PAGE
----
Healthy Johnson, Infusion of New Talent Look to Improve Running Game
Only four times last season did the Kansas City Chiefs rush for over 100 yards. Not by coincidence they were 3-1 in those games.
Over the last 15 years, the staple of the organization has been a powerful offensive line to anchor a ground game that took the life out of their opponents. Nine times in the last 15 seasons, the Chiefs were in the top ten in team rushing and last year was the first time in the past six years where they didn’t finish in the top ten in rushing.
There were many factors as to why the Chiefs’ running attack fell so far. Two-time pro bowler Larry Johnson broke his foot in week 9, and then aside from Brian Waters, the rest of K.C.’s offensive line was patched in by veteran journeymen.
Both weaknesses appear to be fixed, at least to a certain degree, this season. Johnson is fully healthy and showed the same bruising style of running in the Chief’s first two preseason games that he’s become known for. While the offensive line has plenty of questions, the talent upgrade is apparent, with a sufficient left side with Waters and first round pick Brandon Albert.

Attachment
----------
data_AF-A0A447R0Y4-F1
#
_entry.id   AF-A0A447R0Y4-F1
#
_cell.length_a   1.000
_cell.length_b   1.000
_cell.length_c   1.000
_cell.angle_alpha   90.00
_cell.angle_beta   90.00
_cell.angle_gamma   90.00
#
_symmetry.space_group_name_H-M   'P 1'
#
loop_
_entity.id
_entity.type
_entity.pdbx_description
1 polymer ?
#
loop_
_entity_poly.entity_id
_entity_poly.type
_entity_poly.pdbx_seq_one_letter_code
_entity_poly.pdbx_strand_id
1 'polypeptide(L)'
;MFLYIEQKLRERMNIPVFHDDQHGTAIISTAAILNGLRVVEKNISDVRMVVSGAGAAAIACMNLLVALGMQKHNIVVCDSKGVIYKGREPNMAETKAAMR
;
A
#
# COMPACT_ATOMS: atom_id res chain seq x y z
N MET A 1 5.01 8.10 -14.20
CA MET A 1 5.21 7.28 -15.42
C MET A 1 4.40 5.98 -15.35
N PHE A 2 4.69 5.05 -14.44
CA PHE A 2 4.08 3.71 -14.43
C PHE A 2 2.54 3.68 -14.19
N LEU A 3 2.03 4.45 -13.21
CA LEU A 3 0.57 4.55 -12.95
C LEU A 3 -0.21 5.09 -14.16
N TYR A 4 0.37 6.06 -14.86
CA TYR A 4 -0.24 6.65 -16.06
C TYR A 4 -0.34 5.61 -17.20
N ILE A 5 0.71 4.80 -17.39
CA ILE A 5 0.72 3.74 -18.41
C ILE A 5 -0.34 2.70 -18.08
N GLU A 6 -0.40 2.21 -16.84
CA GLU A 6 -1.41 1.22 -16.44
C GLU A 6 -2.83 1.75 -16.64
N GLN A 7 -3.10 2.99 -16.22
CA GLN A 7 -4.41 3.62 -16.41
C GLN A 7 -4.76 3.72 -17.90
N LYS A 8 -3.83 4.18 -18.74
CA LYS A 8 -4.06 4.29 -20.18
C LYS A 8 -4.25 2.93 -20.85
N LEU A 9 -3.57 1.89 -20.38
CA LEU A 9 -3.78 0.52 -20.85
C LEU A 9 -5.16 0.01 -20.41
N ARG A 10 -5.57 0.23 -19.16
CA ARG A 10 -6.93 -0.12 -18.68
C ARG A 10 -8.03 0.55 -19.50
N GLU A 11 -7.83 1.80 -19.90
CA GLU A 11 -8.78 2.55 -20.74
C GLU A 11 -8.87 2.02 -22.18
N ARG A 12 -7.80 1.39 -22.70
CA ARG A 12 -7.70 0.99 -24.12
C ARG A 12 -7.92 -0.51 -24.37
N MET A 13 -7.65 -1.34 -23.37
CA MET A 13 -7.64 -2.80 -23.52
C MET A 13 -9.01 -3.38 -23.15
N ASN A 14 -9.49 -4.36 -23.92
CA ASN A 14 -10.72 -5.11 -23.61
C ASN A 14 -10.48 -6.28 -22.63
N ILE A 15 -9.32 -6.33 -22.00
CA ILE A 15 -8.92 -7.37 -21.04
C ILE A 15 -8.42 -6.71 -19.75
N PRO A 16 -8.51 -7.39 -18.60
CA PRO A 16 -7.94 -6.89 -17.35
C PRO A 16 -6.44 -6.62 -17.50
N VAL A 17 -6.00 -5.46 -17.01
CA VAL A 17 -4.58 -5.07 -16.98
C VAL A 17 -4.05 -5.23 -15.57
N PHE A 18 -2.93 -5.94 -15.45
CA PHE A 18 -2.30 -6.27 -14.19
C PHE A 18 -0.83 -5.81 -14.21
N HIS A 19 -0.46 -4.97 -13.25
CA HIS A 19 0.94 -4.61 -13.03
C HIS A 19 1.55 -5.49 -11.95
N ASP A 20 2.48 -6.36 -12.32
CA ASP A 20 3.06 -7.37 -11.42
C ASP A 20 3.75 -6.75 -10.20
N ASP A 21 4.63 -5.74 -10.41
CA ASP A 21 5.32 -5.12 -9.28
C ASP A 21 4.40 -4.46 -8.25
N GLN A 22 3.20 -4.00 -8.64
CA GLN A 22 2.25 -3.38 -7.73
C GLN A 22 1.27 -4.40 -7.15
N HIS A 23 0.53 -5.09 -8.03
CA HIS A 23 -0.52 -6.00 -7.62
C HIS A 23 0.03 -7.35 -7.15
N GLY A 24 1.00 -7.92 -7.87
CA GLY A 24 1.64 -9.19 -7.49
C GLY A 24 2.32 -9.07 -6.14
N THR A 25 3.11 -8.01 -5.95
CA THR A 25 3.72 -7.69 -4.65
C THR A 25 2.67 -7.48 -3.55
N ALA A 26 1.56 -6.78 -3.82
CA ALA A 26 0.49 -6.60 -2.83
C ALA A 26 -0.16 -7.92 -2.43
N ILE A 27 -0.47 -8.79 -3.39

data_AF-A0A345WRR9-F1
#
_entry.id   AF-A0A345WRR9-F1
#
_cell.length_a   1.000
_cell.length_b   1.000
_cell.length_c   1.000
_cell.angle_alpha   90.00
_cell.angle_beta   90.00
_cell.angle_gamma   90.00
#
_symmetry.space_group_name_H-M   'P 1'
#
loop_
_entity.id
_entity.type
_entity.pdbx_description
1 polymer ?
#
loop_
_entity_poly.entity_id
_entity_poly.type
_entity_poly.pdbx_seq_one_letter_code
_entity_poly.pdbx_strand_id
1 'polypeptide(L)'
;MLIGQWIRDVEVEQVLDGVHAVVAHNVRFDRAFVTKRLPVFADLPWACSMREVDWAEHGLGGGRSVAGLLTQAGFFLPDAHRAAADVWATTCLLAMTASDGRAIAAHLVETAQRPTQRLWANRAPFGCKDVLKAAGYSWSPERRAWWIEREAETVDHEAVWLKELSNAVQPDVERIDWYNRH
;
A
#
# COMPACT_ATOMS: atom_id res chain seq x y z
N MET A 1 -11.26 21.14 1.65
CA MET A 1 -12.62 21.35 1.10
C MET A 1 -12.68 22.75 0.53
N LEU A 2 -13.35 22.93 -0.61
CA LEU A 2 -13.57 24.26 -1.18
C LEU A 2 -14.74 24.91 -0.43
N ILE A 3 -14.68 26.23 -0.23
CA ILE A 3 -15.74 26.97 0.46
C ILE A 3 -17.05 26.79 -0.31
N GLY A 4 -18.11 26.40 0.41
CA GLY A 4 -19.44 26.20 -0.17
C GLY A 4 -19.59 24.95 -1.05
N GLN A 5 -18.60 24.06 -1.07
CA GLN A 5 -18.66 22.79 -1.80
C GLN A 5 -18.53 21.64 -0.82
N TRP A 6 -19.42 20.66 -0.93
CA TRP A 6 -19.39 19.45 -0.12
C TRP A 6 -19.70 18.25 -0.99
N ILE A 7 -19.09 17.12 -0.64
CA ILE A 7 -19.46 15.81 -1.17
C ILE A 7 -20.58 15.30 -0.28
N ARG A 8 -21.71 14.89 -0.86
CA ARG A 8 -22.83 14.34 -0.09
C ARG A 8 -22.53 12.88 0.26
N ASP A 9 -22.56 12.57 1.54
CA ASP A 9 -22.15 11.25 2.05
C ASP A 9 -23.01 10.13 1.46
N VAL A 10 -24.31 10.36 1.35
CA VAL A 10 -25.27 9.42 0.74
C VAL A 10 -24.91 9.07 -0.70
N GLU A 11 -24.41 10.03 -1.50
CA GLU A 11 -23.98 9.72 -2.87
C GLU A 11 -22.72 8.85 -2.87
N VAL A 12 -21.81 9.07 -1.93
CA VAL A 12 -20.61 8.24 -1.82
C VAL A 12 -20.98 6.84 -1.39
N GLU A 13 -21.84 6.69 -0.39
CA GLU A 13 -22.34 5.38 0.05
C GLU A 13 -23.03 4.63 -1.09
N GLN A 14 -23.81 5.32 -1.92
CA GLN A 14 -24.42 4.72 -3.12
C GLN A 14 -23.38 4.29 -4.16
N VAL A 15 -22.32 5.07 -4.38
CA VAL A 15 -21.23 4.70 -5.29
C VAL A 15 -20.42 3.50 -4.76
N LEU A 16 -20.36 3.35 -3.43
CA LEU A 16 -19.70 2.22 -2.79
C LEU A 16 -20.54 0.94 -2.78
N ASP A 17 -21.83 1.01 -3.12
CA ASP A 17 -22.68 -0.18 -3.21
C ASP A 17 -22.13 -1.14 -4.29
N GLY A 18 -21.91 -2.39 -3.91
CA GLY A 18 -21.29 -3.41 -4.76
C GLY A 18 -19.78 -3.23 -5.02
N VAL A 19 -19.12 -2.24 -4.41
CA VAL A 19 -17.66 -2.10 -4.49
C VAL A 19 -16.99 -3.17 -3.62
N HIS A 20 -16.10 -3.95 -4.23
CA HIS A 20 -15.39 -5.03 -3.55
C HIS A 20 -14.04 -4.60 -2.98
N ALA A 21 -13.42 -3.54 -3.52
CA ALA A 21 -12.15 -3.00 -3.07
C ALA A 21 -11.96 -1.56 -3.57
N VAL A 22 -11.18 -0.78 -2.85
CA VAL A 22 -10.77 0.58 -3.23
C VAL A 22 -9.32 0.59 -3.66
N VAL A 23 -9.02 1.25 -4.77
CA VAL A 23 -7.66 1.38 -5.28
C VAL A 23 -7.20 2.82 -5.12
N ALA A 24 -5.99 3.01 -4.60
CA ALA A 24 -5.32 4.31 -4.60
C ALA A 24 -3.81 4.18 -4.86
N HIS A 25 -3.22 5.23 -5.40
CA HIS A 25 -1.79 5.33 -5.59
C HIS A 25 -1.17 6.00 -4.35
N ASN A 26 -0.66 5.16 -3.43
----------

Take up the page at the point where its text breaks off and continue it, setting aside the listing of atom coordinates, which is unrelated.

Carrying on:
A new offensive system, brought in by new coordinator Chan Gailey, will also prove to be beneficial to the ground attack. Gone is the finesse style running that featured plenty of tosses, sweeps and outside runs and in its place is a power running game that will utilize the strengths of the offensive line, with more dives, counters and traps.
Although Johnson will get the bulk of the work, the Chiefs have depth at the position that can make their offense a little less predictable. Rookie Jamal Charles is a perfect change of pace back to Johnson. He’s more of a speed back that can hit holes in a hurry and has game breaking speed.
Also figuring into the mix is Kolby Smith, who filled in after Johnson’s injury last year. Smith is similar to Johnson, in the fact he’s a bruising back that isn’t afraid to lower his shoulder.
It’s difficult to imagine the Chiefs’ running game falling any further than it did last season, where they averaged a little over 3 yards per carry and finished with only six touchdowns.
The statistics will be better, as will Johnson and the offensive line. The question now becomes, will the days of old, when people were scared to play the Chiefs because of the power running game, be brought back to Arrowhead Stadium?
Unlike many of the team’s running plays last season, the new running game is headed in the right direction.
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